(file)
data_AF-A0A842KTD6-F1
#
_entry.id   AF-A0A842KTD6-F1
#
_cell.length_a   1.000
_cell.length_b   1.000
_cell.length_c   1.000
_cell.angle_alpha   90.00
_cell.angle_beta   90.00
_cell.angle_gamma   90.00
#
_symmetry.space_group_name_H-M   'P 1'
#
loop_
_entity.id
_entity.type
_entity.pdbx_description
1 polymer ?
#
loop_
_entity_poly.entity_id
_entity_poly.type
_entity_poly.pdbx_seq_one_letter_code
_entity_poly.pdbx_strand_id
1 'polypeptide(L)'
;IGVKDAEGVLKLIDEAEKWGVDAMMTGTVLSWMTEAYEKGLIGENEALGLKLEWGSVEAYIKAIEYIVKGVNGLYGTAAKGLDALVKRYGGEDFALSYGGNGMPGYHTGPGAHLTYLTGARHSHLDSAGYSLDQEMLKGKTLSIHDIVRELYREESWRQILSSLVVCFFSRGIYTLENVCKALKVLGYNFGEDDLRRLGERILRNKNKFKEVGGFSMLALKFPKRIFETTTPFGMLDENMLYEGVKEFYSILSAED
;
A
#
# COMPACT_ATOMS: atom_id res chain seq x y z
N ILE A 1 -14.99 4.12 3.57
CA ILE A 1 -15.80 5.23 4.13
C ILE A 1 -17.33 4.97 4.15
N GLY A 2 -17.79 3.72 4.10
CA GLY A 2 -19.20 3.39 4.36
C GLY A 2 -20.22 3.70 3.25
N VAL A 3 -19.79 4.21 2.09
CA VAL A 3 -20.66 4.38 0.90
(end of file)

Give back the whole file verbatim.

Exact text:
data_AF-A0A842KTD6-F1
#
_entry.id   AF-A0A842KTD6-F1
#
_cell.length_a   1.000
_cell.length_b   1.000
_cell.length_c   1.000
_cell.angle_alpha   90.00
_cell.angle_beta   90.00
_cell.angle_gamma   90.00
#
_symmetry.space_group_name_H-M   'P 1'
#
loop_
_entity.id
_entity.type
_entity.pdbx_description
1 polymer ?
#
loop_
_entity_poly.entity_id
_entity_poly.type
_entity_poly.pdbx_seq_one_letter_code
_entity_poly.pdbx_strand_id
1 'polypeptide(L)'
;IGVKDAEGVLKLIDEAEKWGVDAMMTGTVLSWMTEAYEKGLIGENEALGLKLEWGSVEAYIKAIEYIVKGVNGLYGTAAKGLDALVKRYGGEDFALSYGGNGMPGYHTGPGAHLTYLTGARHSHLDSAGYSLDQEMLKGKTLSIHDIVRELYREESWRQILSSLVVCFFSRGIYTLENVCKALKVLGYNFGEDDLRRLGERILRNKNKFKEVGGFSMLALKFPKRIFETTTPFGMLDENMLYEGVKEFYSILSAED
;
A
#
# COMPACT_ATOMS: atom_id res chain seq x y z
N ILE A 1 -14.99 4.12 3.57
CA ILE A 1 -15.80 5.23 4.13
C ILE A 1 -17.33 4.97 4.15
N GLY A 2 -17.79 3.72 4.10
CA GLY A 2 -19.20 3.39 4.36
C GLY A 2 -20.22 3.70 3.25
N VAL A 3 -19.79 4.21 2.09
CA VAL A 3 -20.66 4.38 0.90